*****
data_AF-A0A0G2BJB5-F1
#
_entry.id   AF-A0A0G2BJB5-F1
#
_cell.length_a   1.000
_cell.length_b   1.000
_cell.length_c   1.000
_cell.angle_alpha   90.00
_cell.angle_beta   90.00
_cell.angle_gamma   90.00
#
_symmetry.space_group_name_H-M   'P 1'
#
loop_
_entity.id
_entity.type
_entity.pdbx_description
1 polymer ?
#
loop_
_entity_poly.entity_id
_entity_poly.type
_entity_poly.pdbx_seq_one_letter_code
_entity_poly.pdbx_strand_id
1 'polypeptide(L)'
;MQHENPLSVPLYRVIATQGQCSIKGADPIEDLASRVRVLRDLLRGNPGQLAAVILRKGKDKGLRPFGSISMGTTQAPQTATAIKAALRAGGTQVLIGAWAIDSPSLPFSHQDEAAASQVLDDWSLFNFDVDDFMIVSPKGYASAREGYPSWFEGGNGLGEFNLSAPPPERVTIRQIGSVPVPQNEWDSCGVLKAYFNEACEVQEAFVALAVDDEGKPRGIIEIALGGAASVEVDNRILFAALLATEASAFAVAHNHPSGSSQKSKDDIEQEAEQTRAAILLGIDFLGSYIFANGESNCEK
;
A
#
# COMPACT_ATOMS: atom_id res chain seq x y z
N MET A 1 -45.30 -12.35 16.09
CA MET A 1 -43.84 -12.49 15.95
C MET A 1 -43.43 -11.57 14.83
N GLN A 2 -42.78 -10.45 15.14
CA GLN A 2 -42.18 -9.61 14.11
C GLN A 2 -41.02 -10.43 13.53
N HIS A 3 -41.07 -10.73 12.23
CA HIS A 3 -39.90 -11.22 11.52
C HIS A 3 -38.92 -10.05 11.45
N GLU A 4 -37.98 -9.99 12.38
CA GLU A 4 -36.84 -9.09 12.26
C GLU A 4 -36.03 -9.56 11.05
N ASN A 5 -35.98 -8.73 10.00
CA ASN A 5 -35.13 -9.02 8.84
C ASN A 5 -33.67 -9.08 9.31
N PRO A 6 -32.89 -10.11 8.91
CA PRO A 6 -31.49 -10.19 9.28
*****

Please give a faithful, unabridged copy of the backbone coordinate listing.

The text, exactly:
data_AF-A0A0G2BJB5-F1
#
_entry.id   AF-A0A0G2BJB5-F1
#
_cell.length_a   1.000
_cell.length_b   1.000
_cell.length_c   1.000
_cell.angle_alpha   90.00
_cell.angle_beta   90.00
_cell.angle_gamma   90.00
#
_symmetry.space_group_name_H-M   'P 1'
#
loop_
_entity.id
_entity.type
_entity.pdbx_description
1 polymer ?
#
loop_
_entity_poly.entity_id
_entity_poly.type
_entity_poly.pdbx_seq_one_letter_code
_entity_poly.pdbx_strand_id
1 'polypeptide(L)'
;MQHENPLSVPLYRVIATQGQCSIKGADPIEDLASRVRVLRDLLRGNPGQLAAVILRKGKDKGLRPFGSISMGTTQAPQTATAIKAALRAGGTQVLIGAWAIDSPSLPFSHQDEAAASQVLDDWSLFNFDVDDFMIVSPKGYASAREGYPSWFEGGNGLGEFNLSAPPPERVTIRQIGSVPVPQNEWDSCGVLKAYFNEACEVQEAFVALAVDDEGKPRGIIEIALGGAASVEVDNRILFAALLATEASAFAVAHNHPSGSSQKSKDDIEQEAEQTRAAILLGIDFLGSYIFANGESNCEK
;
A
#
# COMPACT_ATOMS: atom_id res chain seq x y z
N MET A 1 -45.30 -12.35 16.09
CA MET A 1 -43.84 -12.49 15.95
C MET A 1 -43.43 -11.57 14.83
N GLN A 2 -42.78 -10.45 15.14
CA GLN A 2 -42.18 -9.61 14.11
C GLN A 2 -41.02 -10.43 13.53
N HIS A 3 -41.07 -10.73 12.23
CA HIS A 3 -39.90 -11.22 11.52
C HIS A 3 -38.92 -10.05 11.45
N GLU A 4 -37.98 -9.99 12.38
CA GLU A 4 -36.84 -9.09 12.26
C GLU A 4 -36.03 -9.56 11.05
N ASN A 5 -35.98 -8.73 10.00
CA ASN A 5 -35.13 -9.02 8.84
C ASN A 5 -33.67 -9.08 9.31
N PRO A 6 -32.89 -10.11 8.91
CA PRO A 6 -31.49 -10.19 9.28